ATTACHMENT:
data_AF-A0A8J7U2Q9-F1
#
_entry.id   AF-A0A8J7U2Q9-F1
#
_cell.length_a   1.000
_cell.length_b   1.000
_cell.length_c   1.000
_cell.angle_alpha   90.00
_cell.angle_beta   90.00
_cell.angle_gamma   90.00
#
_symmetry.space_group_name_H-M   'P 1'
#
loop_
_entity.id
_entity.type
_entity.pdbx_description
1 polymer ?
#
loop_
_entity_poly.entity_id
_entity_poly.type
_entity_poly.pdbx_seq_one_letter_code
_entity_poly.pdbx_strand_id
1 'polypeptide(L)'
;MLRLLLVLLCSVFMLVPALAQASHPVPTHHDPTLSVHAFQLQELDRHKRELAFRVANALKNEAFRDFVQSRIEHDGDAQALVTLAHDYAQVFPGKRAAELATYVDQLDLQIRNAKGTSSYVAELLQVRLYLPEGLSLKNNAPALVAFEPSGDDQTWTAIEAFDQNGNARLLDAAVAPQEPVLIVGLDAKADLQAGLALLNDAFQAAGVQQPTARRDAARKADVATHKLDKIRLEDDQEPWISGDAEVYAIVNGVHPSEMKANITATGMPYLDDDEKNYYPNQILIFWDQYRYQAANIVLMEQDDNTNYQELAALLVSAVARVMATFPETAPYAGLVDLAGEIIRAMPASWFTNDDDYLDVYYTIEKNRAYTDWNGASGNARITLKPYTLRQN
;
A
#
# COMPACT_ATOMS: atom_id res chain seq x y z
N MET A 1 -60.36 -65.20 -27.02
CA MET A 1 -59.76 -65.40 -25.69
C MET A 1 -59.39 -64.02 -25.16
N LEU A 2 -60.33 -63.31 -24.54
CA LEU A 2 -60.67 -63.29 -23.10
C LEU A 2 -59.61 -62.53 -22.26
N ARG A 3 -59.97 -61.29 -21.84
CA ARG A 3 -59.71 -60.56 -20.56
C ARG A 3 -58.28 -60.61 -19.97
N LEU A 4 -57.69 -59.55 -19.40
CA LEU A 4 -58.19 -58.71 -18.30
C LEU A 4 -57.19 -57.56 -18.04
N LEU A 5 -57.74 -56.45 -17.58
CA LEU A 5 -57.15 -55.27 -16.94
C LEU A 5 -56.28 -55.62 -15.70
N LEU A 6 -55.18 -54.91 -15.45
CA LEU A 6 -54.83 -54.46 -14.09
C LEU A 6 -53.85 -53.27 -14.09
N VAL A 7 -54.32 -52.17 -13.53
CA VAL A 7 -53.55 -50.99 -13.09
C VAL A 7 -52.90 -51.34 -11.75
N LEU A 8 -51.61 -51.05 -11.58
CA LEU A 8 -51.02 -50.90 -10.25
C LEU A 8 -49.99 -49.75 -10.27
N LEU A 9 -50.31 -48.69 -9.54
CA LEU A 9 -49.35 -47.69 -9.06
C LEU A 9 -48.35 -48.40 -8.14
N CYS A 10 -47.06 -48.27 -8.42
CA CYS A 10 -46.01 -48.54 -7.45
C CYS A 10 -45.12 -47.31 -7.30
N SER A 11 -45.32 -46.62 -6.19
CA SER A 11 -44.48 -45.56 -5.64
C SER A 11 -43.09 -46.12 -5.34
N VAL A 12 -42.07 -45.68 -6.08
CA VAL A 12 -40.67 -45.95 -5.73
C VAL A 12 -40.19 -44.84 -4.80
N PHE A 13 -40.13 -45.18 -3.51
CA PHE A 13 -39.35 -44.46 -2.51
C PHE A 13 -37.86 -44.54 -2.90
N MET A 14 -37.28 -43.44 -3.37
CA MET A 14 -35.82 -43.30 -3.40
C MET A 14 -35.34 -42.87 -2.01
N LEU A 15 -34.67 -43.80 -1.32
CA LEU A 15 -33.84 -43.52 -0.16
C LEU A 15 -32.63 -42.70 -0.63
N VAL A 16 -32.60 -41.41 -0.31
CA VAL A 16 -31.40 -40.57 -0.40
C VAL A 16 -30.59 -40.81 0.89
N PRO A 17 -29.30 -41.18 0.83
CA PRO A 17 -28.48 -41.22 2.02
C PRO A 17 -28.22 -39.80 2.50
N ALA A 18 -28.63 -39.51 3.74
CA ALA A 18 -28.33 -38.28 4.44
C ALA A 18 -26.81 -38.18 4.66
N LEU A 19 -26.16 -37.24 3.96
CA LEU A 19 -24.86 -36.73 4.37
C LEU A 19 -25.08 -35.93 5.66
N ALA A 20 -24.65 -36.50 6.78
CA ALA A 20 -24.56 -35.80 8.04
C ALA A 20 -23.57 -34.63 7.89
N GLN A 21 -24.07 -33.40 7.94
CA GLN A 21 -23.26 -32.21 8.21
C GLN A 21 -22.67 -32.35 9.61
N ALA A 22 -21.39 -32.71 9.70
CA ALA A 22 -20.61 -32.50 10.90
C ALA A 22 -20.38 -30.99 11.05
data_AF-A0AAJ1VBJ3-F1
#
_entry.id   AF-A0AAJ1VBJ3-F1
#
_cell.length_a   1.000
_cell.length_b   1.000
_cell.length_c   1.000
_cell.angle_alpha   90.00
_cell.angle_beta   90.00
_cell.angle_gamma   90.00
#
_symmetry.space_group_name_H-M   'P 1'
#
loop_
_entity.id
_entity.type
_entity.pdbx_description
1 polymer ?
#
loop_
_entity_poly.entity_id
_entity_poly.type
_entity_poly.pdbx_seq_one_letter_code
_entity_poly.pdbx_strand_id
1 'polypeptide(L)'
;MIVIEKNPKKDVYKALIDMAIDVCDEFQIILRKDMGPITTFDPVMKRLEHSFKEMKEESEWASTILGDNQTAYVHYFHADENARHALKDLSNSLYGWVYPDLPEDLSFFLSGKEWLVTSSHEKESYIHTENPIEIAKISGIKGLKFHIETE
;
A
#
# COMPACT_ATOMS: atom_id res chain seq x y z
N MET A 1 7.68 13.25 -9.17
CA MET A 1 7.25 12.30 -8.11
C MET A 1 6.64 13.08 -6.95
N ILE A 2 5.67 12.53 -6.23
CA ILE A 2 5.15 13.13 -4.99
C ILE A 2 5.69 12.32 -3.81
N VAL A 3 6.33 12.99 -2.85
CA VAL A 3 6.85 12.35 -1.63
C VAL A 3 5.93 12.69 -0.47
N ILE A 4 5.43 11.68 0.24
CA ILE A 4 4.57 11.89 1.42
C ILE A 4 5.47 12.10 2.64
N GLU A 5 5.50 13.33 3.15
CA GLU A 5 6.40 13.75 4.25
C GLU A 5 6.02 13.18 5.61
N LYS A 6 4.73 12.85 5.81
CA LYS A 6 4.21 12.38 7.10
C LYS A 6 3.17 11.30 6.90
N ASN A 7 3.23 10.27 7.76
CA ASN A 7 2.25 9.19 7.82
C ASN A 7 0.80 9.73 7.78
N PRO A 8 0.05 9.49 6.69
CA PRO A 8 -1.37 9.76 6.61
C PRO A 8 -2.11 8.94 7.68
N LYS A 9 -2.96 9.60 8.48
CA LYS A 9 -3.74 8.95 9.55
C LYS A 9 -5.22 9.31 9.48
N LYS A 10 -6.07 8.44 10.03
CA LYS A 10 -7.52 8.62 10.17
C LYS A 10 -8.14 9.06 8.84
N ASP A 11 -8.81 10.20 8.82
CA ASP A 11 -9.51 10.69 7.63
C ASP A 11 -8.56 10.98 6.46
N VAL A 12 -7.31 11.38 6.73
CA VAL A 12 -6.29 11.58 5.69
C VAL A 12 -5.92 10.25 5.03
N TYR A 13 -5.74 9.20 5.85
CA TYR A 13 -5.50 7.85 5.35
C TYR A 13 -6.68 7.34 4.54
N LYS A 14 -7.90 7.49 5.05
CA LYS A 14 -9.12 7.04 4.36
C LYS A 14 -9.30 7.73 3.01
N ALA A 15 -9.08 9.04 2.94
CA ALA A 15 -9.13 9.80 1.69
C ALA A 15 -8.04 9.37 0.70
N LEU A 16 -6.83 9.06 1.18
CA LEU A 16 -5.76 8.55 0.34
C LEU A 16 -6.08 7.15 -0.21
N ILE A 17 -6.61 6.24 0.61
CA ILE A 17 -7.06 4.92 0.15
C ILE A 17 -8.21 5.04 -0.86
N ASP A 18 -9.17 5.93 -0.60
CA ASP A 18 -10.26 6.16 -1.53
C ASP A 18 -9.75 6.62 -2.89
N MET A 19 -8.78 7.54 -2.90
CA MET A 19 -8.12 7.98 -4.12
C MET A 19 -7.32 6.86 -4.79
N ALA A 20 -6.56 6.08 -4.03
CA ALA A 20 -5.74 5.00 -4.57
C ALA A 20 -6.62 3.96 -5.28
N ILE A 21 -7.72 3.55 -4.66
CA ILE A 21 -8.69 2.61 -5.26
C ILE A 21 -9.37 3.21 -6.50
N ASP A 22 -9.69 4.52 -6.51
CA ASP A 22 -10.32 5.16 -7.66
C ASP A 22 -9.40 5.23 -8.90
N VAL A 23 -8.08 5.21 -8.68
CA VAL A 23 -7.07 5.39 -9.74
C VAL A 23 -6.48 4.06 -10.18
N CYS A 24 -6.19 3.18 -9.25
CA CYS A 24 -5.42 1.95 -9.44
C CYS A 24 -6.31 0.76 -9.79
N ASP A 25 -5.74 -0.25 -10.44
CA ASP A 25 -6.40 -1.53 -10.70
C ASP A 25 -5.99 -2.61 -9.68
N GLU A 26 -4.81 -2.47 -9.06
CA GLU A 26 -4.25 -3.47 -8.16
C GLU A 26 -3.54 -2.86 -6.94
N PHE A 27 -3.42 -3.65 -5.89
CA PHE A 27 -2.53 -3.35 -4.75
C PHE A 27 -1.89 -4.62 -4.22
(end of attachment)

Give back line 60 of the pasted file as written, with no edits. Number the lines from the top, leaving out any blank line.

C CYS A 10 -45.12 -47.31 -7.30